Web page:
March 31, 2021

Dru Marshall concludes 10 years as University of Calgary provost

Outgoing provost and vice-president (academic) led the charge for mental health and diversity on campus
Dru Marshall speaks at two-year anniversary of UCalgary's Indigenous Strategy, ii' taa'poh'to'p.
Dru Marshall at two-year anniversary of UCalgary's Indigenous Strategy, ii' taa'poh'to'p. Riley Brandt, University of Calgary

After a decade as UCalgary’s provost and vice-president (academic), Dr. Dru Marshall, PhD, concludes her tenure today, March 31, 2021.

Marshall joined the university in 2011 to serve in this role and her work on the academic and research plans,  ii’ taa’poh’to’p, UCalgary’s Indigenous Strategy, as well as the Campus Mental Health Strategy, Global Engagement Plan, and focus on equity, diversity and inclusion, are hallmarks of her time as provost.

“In her 10 years here, Dru has been instrumental to shaping the university into what it is today,” says UCalgary President Ed McCauley. “Dru developed new portfolios to help promote UCalgary’s values of inclusion, equity and community. When you see the great work being done on Indigenous engagement and equity, diversity, and inclusion initiatives on campus, that personifies Dru’s positive legacy of respect and caring.

Focus on teaching and learning

Marshall also saw a need to improve and support how people teach and learn on campus. She hired the university’s first vice-provost of teaching and learning and oversaw the launch of the Taylor Institute for Teaching and Learning, the development of the University of Calgary Teaching Awards program, the creation of the Strategic Framework for Learning Technologies, and the development of UCalgary’s Experiential Learning Plan. Such investments in teaching and learning on campus have resulted in increases in student satisfaction since 2011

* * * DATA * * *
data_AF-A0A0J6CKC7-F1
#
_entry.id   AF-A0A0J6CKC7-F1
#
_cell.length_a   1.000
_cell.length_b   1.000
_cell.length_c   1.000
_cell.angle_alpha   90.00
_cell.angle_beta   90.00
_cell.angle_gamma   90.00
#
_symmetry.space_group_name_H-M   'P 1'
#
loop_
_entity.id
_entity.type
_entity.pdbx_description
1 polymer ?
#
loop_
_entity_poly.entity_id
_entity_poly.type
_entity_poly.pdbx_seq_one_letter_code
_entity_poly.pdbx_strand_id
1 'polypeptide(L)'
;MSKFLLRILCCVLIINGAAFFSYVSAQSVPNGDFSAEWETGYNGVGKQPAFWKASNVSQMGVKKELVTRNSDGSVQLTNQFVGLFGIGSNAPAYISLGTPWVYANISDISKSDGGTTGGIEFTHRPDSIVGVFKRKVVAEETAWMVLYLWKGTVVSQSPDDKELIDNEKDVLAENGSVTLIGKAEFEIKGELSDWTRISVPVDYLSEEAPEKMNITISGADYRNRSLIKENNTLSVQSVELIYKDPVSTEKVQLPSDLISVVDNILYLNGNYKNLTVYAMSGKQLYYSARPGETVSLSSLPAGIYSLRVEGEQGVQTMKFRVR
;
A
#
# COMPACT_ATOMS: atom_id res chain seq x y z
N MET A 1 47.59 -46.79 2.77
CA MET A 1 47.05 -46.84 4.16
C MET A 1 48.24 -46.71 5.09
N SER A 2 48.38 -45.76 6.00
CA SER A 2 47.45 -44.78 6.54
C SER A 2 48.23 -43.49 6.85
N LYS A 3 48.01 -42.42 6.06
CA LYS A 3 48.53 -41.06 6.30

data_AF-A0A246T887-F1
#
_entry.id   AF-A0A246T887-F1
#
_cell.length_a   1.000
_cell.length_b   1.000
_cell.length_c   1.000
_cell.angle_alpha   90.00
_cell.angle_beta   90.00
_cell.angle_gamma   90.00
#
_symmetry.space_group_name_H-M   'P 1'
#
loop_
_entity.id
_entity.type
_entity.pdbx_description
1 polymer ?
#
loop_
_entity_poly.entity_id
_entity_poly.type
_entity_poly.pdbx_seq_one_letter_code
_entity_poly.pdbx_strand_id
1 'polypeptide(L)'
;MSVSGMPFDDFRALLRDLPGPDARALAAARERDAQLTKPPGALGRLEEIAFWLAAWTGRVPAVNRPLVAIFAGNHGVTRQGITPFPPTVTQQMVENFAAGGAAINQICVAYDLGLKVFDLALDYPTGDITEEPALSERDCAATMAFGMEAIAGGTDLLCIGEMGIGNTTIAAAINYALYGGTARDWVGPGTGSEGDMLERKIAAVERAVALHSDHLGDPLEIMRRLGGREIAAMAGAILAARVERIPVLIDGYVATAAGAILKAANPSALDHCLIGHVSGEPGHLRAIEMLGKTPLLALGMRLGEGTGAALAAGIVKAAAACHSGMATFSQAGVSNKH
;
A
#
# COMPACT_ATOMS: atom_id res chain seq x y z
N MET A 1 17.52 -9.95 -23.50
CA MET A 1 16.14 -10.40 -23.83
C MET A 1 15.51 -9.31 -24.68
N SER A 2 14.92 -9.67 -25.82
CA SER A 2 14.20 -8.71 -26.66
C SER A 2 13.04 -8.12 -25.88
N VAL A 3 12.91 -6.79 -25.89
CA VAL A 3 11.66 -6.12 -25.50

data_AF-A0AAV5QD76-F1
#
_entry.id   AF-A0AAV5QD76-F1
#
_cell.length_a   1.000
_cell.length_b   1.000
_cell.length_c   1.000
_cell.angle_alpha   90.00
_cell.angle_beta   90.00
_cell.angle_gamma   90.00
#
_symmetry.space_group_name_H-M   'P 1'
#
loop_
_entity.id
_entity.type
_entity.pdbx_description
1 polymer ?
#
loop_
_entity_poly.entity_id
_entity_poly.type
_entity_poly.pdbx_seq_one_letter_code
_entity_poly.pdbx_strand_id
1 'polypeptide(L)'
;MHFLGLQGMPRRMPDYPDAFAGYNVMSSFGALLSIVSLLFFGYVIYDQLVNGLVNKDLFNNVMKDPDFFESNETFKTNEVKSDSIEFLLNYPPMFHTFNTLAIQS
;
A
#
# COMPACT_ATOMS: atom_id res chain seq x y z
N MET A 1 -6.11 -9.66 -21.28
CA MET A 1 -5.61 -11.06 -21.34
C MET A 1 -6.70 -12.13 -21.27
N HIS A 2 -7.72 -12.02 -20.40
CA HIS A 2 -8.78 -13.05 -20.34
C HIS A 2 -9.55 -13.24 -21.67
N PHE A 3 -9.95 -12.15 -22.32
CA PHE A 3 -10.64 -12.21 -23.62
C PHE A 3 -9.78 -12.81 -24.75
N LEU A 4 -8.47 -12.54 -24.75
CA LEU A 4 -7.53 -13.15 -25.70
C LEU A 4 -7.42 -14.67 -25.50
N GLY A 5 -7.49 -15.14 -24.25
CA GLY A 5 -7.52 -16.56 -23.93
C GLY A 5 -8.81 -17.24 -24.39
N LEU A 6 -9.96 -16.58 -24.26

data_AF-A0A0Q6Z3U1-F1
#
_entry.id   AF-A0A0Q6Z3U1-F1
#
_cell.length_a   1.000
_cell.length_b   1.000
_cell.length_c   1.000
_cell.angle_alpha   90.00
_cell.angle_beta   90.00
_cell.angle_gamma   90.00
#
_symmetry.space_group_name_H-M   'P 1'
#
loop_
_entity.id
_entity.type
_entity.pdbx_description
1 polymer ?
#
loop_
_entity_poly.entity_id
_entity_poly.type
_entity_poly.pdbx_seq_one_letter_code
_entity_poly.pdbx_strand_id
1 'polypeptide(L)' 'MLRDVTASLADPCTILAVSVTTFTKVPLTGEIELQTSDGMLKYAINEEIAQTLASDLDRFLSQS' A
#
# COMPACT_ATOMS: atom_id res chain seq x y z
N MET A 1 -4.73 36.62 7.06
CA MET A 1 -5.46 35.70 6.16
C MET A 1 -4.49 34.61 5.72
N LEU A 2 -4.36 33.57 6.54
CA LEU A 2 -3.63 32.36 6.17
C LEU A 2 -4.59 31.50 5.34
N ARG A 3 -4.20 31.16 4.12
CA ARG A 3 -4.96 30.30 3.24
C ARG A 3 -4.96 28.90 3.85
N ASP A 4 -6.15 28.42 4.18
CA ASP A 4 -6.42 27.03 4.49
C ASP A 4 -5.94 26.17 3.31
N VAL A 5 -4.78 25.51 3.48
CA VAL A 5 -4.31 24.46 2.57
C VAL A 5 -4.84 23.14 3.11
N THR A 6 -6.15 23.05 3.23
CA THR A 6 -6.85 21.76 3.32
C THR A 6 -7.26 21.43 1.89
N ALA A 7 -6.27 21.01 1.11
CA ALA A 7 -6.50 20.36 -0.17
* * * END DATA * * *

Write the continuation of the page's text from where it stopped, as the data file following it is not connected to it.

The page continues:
Other achievements

Marshall’s time as provost saw her engaged in many other milestones. These ranged from the growth of UCalgary’s satellite campus in Qatar to the development of a memorandum of understanding on pluralism with Aga Khan University. She also led the Mexico Regional Advisory Council to shape UCalgary’s internationalization efforts in that country.

Closer to home, she oversaw the development and implementation of more robust quality-assurance processes, championed new initiatives to support student experience — including new enrolment and admissions processes — and created the Academic Leadership Academy. Marshall also led UCalgary’s crisis management team through many challenging times including the 2013 flood, the 2014 Brentwood massacre, the 2015 Fort McMurray fire and, most recently, the first year of the COVID-19 global pandemic.

“Her work ethic is phenomenal and only matched by her passion for, and commitment to UCalgary,” says McCauley.